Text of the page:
David has been doing this for 30 years. I\’ll admit I\’ve been doing it for about 25 years, probably longer. We talked about Social Security in our workshops and we say it\’s one of the best annuities money can buy. It\’s something that you\’ve paid into all of your lifetime and when you come to plan for retirement, it would be a good idea to understand how your Social Security\’s going to work. Not only how your personal social security works, but if you are married and you have a spouse, you should understand all the aspects of it. A big part of that is survivor benefits and even spousal benefits. Recently, there was a study that I read somewhere that Social Security has underpaid 80% of entitled widows and widowers.
[bctt tweet=\”Every successful relationship is about communication.\” username=\”\”]
One of the problems which we also site in our workshops is that if somebody calls the Social Security Administration, they cannot give advice. They have to give you enough information that you can make an informed decision, but they\’re technically not allowed to give you advice because they\’re not financial advisors. They are not registered to The National Social Security Advisors Association. That\’s what we can do for you. Please feel free to give us a call and say, “I would like a Social Security maximization report.” Somebody will contact you and that\’s it. We\’re not going to take any money. We\’re not going to drag you on the phone for hours to get some information and we\’ll get that free report to you.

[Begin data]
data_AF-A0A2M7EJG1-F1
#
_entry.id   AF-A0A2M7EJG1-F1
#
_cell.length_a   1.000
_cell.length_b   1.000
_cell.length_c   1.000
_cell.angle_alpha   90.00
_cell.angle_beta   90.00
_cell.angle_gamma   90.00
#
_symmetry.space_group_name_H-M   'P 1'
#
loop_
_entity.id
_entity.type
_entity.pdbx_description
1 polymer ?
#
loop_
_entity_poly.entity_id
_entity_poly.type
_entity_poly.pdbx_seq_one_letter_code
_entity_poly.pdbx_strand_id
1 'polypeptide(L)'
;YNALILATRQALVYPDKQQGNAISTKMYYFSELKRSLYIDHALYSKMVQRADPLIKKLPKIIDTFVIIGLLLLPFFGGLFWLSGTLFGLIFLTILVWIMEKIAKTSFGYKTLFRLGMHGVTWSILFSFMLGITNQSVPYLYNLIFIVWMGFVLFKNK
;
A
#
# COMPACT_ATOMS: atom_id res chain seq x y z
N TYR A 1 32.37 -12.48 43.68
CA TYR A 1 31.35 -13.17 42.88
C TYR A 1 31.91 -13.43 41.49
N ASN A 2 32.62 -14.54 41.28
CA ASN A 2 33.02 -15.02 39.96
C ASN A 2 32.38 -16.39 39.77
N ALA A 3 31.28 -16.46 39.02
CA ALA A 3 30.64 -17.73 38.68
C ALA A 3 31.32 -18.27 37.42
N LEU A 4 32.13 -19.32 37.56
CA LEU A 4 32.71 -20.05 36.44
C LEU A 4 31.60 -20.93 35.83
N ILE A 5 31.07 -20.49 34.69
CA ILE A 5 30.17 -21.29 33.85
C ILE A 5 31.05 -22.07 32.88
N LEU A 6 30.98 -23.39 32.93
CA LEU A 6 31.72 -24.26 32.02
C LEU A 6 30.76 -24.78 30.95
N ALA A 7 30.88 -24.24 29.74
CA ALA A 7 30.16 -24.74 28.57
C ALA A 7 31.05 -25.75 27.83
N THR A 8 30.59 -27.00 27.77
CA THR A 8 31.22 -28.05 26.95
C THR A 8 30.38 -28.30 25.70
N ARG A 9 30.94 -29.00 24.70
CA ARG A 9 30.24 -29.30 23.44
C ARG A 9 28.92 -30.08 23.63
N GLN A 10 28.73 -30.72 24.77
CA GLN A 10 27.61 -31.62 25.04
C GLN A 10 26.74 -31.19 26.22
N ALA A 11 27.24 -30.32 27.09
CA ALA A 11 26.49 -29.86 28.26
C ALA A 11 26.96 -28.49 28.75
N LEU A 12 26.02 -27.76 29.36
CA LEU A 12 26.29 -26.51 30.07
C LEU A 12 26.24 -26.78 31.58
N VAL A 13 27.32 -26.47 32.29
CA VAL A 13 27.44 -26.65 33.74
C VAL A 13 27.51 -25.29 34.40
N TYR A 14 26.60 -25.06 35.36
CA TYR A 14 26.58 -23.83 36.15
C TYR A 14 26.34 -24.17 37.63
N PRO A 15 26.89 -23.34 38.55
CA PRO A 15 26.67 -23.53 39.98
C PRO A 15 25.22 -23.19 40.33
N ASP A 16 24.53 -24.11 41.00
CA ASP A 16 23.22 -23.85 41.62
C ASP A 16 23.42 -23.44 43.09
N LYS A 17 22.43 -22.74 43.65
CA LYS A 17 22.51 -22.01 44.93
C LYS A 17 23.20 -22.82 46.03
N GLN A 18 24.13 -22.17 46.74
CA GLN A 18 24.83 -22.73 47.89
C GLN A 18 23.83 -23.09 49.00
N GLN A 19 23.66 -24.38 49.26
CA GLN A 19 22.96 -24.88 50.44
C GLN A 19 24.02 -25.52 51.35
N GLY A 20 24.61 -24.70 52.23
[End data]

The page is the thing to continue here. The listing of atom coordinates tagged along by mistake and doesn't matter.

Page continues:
For the benefit of the audience, Social Security Maximization Report is going to give them a good look. It\’s going to give them a good snapshot of everything.
One of the big things most people should know is if you can delay your retirement, if you are age 66 and two months to your full retirement age, depending on when you were born, the longer you wait, you actually get an 8% increase in your benefit. We\’ve met with people that have come in before they retire. They’re in their 62 and they\’re like, “I\’m retiring. That\’s it. I\’m going to take my benefit early” until we show them the difference between age 62, 66, 67, 68 and it\’s a big difference. We\’re talking thousands and thousands of dollars that you can lose during retirement by taking retirement early or at the wrong time. Another area in which people don\’t know too much about is survivor benefits or planning for the surviving widow or widower.